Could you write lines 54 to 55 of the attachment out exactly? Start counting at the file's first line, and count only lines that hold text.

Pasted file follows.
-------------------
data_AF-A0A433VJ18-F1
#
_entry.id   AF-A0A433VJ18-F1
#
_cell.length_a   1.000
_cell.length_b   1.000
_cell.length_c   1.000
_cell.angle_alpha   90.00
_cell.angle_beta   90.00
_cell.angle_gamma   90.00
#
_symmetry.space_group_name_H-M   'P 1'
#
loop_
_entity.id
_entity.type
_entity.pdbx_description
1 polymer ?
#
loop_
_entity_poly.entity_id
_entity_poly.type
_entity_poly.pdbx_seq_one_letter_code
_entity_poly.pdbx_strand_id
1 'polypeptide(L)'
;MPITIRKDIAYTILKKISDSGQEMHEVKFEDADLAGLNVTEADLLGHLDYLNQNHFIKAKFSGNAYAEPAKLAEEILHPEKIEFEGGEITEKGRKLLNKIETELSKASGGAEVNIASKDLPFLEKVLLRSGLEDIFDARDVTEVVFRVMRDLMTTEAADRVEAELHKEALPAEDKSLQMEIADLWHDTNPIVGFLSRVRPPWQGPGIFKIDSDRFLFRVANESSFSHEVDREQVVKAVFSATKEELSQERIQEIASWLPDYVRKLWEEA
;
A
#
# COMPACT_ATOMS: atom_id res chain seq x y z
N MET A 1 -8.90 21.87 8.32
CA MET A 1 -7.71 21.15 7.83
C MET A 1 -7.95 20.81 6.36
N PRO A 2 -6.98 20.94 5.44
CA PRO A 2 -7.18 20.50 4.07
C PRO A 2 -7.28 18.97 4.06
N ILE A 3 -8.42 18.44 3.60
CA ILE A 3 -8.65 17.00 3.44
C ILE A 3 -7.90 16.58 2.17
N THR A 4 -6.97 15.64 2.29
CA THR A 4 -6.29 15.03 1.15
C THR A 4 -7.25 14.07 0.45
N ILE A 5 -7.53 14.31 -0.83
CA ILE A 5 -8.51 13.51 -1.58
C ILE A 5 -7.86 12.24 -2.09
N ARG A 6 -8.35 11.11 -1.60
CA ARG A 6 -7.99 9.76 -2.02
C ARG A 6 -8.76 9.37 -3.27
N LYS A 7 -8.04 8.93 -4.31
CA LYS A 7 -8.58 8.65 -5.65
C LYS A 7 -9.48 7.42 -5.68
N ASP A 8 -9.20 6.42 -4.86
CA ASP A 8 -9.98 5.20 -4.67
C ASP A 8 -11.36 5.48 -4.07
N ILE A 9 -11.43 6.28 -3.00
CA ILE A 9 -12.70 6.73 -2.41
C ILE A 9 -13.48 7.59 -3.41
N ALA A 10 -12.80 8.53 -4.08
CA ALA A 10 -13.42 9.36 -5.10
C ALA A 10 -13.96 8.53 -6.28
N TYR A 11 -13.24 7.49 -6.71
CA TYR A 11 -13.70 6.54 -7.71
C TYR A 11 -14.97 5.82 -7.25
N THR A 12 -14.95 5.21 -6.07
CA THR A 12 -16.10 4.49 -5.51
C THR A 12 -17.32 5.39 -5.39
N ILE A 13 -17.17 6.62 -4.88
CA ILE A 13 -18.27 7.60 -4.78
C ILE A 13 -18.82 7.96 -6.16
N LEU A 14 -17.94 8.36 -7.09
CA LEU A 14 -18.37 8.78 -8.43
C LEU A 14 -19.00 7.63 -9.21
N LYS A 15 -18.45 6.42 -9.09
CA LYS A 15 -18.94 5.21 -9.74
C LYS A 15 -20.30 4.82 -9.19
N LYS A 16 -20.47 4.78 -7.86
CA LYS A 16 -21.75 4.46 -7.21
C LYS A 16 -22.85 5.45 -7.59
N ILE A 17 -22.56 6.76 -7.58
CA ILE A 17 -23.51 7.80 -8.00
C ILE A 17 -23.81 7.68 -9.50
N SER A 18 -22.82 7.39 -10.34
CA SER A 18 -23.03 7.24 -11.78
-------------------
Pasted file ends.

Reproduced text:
C ASP A 8 -11.36 5.48 -4.07
N ILE A 9 -11.43 6.28 -3.00